Texas Guinan $15
Texas Guinan $15

The food started with a complimentary offering of the mini muffin, a dainty bite filled with the fall flavours of pumpkin and squash and topped with a little salted caramel. It was a cute homage to the season.

Complimentary Mini Muffins
Complimentary Mini Muffins

Next was the chopped salad (vegetables, quinoa, macedonian feta, crispy garbanzos, sumac) for $13.  It was fattoush on steroids.  The strong acidity/sourness of the dressing and sumac, the saltiness of the feta and the crunch of the garbanzo beans created a taste and textural diversity as impressive as the ingredients themselves.

Chopped salad
Chopped salad $13

The fish board special of the night was a chowder ($18).  A thick broth housed jumbo shrimp, scallop, fish, doubled smoked bacon and pickled jalapenos.  It was smooth as silk with enough acid and heat from the pepper to cut the richness to a very palatable level.

Fish Board (Chowder) $18
Fish Board (Chowder) $18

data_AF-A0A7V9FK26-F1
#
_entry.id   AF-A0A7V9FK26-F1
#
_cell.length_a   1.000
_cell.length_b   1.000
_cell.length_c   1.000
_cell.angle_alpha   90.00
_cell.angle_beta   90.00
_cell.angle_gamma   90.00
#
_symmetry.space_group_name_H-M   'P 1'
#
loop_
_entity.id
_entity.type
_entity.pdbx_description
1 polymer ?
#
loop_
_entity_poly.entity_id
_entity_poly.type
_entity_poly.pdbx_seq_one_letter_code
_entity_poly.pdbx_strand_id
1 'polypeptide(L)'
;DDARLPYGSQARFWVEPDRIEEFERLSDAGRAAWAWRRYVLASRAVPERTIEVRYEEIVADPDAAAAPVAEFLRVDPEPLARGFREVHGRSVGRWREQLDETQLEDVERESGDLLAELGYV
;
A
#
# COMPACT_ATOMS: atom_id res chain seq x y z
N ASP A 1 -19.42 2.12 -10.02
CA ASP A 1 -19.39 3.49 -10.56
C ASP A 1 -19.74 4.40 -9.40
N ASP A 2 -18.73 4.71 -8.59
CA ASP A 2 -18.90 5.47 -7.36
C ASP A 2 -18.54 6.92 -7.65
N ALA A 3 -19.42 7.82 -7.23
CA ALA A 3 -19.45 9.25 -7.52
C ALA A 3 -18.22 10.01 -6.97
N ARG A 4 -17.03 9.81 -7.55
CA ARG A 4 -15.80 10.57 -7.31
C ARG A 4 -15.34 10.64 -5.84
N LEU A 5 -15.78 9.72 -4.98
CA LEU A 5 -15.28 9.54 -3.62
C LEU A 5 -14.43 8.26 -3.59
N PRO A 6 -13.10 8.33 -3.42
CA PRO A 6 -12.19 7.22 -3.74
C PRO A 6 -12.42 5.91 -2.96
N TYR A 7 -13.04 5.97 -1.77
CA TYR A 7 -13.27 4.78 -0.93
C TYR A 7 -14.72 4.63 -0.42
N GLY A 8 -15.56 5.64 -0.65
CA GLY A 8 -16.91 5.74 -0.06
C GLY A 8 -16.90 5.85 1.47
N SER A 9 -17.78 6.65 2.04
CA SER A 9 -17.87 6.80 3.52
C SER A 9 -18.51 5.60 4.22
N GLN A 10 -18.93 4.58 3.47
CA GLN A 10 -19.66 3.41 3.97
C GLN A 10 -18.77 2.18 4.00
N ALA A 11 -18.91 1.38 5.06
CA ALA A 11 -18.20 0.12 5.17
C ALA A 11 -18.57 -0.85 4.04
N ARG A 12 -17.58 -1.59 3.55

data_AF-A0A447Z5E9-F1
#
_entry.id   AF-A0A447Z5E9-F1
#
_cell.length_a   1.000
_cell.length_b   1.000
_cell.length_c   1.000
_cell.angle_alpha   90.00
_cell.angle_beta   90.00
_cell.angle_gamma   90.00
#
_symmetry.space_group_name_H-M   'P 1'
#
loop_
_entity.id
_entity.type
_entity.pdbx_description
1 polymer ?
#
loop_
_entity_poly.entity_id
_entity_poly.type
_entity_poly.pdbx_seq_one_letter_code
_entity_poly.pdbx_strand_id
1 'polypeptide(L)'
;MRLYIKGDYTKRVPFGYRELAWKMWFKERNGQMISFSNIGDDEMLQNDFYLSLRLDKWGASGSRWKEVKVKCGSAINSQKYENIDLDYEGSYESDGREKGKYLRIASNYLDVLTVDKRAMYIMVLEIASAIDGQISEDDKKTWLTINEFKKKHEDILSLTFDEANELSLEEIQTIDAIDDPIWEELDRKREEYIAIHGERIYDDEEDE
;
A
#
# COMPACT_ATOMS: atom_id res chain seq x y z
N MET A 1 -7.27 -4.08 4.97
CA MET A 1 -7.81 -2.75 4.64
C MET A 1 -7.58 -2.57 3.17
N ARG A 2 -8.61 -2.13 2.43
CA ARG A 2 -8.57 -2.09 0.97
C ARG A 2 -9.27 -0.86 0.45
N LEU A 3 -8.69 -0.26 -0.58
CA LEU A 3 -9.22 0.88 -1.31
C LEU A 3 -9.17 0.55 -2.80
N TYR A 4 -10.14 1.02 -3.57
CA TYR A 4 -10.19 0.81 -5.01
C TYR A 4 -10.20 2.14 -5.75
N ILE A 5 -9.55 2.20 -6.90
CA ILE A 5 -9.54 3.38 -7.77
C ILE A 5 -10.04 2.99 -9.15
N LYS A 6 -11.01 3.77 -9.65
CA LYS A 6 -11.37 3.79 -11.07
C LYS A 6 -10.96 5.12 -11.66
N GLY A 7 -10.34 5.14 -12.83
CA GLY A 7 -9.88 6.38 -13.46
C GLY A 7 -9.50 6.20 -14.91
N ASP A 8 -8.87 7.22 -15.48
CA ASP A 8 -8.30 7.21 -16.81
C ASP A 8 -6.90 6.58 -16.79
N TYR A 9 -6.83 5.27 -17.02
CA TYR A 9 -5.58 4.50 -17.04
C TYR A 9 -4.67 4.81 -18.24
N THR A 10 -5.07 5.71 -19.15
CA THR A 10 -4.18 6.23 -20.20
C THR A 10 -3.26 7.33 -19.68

After careful consultation with the very pleasant waitress, we opted for the duck breast over the truffle gnudi and beef cheek ragu.  Rendered nicely and sitting on top of a pillowy puree, it was finished with cherries, chestnuts and greens topped with shaved fois gras torchon.  Although the duck was  underseasoned , it was saved by the array of aforementioned flavours on the plate.

Duck Breast $25
Duck Breast $25

I didn’t need the advice of the waitress for the spare ribs and I wasn’t disappointed. Although a little tricky to eat, they were extremely tender.  More impressive were the playful flavours.  From both a taste and visual perspective, the sweet rib sauce coupled with the foamy polenta was a tongue-tingling metophor of a root beer float. The pickles and corn nuts added a tad of acid and texture.     `

Spare Ribs $17
Spare Ribs $17

As I mentioned, I was told about the druthers of the cereal dessert.  Although I can’t say it is the best in Toronto, it fused modern flavours and techniques with the simple flavours of the well-known boxed treat.  Despite the use of cocoa puffs (or a reasonable facsimile), the sweetness was surprisingly subtle and was further suppressed by the intense nuttiness of the macademia milk.  The fact that it was poured tableside added a nostalgic flare reminiscent of the morning ritual.  It appears from the menu now that there have been some modifications to the dessert (ie. banana and cocoa milk) so I can’t confirm it would be the same today.

Cereal $8
Cereal $9